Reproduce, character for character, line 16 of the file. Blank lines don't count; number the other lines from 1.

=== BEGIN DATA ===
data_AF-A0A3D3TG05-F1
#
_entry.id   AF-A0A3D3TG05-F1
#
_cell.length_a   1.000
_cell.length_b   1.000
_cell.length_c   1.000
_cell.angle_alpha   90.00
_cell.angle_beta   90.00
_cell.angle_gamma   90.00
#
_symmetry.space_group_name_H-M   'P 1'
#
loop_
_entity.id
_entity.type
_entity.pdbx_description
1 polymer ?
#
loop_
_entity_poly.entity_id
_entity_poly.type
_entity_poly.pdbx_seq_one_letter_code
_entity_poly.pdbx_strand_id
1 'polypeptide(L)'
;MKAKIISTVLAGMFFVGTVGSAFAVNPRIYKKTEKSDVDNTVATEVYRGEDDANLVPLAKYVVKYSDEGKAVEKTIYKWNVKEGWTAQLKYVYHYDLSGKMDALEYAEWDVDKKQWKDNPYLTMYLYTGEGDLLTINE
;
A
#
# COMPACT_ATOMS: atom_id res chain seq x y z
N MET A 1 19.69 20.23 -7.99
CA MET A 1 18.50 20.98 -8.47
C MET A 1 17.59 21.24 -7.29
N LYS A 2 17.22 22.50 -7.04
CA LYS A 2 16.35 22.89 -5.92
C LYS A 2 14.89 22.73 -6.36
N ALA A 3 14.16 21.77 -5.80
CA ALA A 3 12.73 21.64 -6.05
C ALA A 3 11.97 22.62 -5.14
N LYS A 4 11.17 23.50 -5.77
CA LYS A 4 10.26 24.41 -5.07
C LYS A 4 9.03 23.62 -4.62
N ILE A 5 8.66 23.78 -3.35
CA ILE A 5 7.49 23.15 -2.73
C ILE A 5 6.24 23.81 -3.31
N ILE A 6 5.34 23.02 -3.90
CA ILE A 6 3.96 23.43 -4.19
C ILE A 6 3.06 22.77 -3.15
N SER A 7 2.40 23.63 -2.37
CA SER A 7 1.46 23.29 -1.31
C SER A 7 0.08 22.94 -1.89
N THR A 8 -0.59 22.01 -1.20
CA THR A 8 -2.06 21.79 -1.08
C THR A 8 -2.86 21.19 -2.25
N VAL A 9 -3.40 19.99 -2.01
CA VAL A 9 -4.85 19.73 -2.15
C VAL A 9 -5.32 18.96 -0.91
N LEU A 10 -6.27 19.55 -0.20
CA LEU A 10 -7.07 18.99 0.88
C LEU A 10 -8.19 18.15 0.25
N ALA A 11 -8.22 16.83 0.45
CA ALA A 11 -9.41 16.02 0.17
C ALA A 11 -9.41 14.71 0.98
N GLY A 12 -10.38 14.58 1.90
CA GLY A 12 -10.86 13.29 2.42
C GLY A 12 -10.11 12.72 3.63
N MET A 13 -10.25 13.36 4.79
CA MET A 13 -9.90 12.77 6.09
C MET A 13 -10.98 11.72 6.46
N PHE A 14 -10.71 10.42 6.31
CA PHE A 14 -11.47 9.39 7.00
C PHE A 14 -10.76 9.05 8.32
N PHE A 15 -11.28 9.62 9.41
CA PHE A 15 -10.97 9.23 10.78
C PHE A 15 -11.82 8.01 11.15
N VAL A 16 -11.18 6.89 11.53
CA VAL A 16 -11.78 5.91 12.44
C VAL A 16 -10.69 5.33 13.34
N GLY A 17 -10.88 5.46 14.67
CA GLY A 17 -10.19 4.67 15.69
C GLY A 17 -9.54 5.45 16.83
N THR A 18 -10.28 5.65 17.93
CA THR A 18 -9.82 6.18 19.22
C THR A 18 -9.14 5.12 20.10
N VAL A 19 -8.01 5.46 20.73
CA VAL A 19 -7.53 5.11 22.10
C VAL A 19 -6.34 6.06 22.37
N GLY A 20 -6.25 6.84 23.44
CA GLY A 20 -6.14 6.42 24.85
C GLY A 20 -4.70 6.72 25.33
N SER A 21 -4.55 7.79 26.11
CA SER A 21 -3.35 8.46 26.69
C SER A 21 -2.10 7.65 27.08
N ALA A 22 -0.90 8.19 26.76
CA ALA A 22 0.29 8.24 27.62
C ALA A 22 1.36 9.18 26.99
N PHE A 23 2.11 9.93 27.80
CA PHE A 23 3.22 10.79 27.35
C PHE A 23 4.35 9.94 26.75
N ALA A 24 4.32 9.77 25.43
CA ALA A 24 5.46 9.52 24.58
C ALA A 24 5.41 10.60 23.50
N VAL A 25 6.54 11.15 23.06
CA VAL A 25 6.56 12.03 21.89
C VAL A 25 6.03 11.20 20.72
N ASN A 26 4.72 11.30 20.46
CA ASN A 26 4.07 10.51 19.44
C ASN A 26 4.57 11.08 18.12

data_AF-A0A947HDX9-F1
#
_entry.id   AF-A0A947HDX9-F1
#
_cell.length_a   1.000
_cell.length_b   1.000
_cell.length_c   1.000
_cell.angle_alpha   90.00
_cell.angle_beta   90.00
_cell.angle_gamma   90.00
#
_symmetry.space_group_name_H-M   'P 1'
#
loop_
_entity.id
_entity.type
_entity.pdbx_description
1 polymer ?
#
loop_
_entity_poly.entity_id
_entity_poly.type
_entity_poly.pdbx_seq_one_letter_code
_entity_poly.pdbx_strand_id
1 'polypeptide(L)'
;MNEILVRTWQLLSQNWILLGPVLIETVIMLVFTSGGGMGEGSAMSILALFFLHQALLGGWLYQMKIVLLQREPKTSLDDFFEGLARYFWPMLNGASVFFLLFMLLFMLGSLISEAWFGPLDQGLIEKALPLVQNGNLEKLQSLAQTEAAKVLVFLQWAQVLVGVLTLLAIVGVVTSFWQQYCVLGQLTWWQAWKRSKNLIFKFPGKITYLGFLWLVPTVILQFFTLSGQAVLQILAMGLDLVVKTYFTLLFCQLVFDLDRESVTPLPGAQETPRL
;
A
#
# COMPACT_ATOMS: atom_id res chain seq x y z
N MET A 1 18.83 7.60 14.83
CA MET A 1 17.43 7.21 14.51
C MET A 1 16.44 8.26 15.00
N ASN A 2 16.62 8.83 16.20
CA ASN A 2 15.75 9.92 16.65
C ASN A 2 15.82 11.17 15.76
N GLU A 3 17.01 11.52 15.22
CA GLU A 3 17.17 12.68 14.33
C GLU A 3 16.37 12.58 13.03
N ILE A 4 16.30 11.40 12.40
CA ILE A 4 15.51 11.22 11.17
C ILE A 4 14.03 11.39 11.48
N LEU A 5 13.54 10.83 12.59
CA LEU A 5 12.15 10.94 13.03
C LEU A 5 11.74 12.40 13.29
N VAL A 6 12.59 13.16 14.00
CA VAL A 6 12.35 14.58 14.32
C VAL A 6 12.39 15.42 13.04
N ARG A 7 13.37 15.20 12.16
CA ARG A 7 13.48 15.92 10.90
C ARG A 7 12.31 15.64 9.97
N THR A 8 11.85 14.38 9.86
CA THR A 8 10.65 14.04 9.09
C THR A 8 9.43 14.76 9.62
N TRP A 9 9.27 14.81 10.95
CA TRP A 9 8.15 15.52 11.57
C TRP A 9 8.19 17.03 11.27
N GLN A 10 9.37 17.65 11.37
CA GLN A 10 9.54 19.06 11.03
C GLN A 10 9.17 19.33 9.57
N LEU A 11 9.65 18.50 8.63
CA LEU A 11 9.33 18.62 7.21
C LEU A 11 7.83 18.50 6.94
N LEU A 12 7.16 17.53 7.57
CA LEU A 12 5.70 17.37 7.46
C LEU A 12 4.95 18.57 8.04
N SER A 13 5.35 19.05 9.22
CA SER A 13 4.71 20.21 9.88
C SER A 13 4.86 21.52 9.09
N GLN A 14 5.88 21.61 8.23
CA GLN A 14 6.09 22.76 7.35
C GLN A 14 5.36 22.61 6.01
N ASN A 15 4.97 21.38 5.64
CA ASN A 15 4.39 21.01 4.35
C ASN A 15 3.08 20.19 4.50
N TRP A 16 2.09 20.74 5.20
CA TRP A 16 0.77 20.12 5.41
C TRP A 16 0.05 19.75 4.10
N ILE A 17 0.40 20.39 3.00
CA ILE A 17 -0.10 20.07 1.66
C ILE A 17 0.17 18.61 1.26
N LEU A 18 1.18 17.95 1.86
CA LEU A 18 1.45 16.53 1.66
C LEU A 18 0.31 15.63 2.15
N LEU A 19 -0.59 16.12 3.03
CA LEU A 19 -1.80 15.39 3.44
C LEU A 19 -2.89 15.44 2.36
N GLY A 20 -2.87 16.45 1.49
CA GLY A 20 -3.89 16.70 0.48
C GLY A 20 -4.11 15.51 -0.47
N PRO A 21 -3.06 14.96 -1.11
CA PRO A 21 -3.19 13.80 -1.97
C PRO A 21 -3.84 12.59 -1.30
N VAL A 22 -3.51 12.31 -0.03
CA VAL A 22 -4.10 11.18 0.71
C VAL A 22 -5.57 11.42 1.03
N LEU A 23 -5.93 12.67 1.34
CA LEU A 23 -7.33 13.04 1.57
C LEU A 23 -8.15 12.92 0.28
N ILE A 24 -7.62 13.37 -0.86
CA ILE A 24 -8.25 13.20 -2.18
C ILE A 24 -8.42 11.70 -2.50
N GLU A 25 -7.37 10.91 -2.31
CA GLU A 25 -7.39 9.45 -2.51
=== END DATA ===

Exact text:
_entity.type